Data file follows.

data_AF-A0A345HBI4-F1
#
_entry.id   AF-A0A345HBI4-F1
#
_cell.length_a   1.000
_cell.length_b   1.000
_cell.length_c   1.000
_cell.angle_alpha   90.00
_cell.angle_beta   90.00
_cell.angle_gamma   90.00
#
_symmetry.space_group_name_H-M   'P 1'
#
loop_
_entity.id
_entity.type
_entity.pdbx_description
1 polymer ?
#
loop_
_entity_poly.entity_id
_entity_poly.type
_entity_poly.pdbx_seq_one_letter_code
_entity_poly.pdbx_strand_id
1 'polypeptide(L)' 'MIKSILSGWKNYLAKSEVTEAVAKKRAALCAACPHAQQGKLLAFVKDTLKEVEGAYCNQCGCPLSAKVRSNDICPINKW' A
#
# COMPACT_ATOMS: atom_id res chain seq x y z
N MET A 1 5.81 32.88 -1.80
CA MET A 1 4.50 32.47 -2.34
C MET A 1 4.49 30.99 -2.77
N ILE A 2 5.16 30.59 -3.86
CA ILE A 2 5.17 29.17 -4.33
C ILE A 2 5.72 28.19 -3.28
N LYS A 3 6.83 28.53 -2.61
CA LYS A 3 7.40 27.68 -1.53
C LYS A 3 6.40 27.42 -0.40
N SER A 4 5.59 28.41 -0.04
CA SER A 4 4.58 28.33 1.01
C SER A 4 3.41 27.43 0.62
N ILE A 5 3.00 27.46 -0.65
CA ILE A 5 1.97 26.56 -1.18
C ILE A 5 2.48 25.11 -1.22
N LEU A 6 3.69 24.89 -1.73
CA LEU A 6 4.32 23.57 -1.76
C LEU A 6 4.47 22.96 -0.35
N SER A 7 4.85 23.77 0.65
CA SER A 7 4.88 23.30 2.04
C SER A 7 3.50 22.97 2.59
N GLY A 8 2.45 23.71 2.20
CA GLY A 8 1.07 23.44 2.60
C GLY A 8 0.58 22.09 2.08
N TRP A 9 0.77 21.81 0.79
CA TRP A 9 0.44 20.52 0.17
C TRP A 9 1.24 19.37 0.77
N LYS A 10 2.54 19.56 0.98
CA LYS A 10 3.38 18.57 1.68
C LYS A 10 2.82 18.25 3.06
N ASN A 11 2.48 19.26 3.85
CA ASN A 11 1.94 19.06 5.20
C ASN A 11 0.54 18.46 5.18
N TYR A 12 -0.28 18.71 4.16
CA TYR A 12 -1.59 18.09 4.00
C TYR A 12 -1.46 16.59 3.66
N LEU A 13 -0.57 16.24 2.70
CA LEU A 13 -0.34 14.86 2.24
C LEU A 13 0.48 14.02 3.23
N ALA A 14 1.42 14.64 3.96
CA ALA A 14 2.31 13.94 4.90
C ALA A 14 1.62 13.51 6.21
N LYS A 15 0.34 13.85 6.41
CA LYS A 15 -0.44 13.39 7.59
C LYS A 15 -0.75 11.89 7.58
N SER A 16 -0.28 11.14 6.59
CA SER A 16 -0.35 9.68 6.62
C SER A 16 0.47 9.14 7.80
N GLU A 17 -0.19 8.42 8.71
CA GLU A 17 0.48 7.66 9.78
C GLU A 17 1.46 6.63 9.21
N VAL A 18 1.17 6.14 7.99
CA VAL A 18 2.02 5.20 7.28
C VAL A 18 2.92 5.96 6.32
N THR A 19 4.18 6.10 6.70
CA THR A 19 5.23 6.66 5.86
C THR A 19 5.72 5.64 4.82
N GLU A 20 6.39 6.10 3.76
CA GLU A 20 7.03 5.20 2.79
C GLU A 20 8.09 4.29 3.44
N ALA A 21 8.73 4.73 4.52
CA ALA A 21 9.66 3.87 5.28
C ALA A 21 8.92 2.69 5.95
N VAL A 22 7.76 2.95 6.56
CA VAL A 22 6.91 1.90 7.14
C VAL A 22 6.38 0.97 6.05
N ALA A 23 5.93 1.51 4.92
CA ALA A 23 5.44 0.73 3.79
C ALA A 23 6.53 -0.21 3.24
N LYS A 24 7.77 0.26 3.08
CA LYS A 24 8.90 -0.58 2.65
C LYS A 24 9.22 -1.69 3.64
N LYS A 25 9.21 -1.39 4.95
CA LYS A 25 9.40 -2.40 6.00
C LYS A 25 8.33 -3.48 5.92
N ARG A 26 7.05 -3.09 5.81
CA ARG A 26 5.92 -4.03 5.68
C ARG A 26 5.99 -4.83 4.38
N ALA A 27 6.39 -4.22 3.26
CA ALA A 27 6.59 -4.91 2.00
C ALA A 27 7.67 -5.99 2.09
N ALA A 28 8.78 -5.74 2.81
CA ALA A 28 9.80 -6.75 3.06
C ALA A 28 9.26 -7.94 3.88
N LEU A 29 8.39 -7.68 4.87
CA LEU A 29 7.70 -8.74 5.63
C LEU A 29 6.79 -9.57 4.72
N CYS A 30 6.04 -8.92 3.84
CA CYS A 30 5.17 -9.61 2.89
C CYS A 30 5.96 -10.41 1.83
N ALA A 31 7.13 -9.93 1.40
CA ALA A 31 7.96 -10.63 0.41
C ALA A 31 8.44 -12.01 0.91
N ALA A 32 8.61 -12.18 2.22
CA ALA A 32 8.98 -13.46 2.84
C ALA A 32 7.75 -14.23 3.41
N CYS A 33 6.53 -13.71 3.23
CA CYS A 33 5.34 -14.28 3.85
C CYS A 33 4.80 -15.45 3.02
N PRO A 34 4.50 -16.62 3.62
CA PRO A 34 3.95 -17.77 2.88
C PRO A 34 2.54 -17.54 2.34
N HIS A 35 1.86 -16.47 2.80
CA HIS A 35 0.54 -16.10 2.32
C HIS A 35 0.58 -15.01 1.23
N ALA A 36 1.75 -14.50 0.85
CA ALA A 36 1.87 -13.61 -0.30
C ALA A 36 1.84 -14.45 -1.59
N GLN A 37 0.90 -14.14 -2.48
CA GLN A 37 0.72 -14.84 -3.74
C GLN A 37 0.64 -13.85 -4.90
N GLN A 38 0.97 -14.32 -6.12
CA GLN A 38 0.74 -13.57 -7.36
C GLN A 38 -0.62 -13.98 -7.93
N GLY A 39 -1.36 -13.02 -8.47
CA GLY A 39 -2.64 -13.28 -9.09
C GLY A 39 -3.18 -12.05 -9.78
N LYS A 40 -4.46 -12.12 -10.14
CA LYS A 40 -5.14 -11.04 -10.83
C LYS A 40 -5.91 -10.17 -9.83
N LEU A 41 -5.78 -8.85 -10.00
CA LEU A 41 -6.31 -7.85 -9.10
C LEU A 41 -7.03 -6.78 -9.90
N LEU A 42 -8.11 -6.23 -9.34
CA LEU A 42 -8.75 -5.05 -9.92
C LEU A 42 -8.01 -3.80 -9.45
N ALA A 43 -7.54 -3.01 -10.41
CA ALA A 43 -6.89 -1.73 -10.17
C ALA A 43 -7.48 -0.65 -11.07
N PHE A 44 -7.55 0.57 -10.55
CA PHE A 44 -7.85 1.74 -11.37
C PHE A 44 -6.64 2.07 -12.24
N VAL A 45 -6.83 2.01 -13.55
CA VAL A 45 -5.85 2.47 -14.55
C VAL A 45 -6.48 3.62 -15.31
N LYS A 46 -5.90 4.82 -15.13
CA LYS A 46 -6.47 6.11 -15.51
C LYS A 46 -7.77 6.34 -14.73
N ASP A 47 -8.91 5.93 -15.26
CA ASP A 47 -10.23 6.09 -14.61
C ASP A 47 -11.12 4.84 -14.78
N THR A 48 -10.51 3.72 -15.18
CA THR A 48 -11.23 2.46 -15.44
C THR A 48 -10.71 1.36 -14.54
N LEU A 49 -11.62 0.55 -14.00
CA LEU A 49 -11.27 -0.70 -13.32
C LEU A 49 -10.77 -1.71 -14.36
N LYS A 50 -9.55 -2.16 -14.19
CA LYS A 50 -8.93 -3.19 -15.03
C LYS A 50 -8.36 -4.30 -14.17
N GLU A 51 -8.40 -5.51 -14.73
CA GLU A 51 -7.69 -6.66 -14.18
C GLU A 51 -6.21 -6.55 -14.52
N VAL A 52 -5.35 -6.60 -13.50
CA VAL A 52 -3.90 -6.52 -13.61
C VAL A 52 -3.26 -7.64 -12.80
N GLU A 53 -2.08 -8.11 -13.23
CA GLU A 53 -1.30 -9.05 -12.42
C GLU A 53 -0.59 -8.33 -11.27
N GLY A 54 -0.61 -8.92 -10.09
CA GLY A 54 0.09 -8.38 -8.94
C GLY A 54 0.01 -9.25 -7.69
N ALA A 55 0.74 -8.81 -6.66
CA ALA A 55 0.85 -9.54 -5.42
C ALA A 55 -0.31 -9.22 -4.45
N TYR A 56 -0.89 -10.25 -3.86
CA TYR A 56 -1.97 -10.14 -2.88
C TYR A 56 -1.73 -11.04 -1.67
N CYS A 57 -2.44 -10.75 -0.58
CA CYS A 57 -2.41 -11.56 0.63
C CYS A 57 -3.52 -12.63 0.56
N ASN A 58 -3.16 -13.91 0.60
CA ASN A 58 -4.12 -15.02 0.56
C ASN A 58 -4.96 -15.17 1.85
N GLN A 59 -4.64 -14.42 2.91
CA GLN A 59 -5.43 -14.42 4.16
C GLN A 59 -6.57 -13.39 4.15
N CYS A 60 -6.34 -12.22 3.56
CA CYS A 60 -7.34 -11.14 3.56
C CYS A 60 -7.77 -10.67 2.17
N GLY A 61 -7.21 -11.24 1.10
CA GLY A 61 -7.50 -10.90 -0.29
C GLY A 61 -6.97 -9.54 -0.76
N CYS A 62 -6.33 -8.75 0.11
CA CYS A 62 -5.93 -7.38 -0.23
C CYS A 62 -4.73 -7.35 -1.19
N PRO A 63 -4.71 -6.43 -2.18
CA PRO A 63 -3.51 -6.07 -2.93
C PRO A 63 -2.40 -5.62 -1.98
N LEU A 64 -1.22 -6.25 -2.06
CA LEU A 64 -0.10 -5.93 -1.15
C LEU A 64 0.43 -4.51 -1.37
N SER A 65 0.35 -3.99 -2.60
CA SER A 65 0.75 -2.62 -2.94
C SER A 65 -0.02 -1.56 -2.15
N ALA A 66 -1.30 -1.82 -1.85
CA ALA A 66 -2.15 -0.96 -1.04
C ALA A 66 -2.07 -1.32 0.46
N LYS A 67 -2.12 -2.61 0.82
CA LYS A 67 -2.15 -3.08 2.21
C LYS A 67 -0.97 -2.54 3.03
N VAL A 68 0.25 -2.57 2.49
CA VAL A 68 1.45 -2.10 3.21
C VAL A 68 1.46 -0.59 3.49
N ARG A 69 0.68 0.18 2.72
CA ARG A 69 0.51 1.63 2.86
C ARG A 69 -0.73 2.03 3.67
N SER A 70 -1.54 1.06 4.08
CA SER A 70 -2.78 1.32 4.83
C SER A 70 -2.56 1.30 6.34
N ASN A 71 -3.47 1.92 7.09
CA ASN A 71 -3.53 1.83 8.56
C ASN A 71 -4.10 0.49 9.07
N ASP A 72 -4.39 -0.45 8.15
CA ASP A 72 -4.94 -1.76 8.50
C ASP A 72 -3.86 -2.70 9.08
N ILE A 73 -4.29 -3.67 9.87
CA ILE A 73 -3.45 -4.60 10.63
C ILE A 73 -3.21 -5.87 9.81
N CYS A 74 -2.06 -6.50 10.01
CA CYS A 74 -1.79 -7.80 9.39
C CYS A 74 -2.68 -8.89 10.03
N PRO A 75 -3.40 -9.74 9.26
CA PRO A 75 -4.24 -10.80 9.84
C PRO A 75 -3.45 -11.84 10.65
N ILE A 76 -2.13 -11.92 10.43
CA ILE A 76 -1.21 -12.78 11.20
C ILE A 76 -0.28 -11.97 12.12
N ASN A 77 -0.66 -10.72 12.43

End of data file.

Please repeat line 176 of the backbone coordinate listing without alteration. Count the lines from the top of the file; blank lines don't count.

CA LYS A 50 -8.93 -3.19 -15.03